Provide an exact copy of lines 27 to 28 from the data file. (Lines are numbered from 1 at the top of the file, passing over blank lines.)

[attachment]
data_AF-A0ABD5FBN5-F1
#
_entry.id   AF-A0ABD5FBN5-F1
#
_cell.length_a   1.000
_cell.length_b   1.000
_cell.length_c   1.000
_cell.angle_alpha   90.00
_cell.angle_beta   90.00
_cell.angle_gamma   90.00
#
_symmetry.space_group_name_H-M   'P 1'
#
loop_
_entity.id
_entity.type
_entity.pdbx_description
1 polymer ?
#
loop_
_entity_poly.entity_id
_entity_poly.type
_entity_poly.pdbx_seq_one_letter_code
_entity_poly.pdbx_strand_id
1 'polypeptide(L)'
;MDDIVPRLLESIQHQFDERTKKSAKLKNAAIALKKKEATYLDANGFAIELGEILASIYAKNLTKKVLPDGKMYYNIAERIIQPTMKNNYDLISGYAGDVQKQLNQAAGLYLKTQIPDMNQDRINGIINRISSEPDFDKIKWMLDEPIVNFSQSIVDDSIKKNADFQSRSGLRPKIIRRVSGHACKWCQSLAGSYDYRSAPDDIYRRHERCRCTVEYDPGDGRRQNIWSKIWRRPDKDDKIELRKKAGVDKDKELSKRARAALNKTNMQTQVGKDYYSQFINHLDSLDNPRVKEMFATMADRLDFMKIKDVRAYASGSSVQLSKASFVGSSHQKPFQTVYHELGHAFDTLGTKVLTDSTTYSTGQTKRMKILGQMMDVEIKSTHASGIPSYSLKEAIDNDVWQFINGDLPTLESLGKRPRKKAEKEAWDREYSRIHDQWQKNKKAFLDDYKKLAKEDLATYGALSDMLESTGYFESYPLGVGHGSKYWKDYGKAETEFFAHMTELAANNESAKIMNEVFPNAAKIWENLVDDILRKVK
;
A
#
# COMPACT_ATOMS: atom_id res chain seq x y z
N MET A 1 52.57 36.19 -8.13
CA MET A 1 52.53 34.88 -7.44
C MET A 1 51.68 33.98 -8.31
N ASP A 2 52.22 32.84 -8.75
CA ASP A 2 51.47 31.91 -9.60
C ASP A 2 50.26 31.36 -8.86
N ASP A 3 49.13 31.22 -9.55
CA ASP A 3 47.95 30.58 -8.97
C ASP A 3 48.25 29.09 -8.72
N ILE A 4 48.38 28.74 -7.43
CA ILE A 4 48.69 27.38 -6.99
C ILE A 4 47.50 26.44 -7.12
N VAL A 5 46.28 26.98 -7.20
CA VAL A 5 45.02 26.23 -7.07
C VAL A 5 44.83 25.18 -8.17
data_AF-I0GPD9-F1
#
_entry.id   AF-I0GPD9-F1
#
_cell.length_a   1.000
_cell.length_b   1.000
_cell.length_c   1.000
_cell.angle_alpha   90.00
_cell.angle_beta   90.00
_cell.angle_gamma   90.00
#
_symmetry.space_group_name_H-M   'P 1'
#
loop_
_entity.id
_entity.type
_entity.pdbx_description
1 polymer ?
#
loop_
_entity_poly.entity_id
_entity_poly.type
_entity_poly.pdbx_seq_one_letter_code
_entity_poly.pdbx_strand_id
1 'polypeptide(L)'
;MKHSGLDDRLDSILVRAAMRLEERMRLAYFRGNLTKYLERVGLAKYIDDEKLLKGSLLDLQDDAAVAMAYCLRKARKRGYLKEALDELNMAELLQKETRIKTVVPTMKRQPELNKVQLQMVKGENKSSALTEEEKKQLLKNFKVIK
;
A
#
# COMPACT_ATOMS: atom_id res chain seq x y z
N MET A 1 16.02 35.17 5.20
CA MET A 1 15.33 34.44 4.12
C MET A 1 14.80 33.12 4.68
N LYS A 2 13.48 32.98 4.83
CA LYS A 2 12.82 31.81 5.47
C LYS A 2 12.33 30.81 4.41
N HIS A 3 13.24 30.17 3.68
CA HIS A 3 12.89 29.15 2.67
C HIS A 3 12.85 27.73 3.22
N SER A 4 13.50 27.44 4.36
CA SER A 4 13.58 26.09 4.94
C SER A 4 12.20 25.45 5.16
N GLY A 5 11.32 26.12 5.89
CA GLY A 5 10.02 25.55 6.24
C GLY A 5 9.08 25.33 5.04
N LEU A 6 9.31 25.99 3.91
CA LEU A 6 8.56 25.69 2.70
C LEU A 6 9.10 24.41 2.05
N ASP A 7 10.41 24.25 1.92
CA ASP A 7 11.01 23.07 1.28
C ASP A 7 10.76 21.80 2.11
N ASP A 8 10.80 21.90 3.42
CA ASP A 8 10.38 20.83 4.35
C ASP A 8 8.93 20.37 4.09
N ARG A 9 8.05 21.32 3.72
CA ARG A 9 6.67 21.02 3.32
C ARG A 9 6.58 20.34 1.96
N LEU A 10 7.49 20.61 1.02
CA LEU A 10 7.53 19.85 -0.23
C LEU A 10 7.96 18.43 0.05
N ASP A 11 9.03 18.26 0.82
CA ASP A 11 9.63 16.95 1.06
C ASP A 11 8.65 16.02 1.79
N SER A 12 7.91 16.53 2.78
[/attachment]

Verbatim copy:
;
A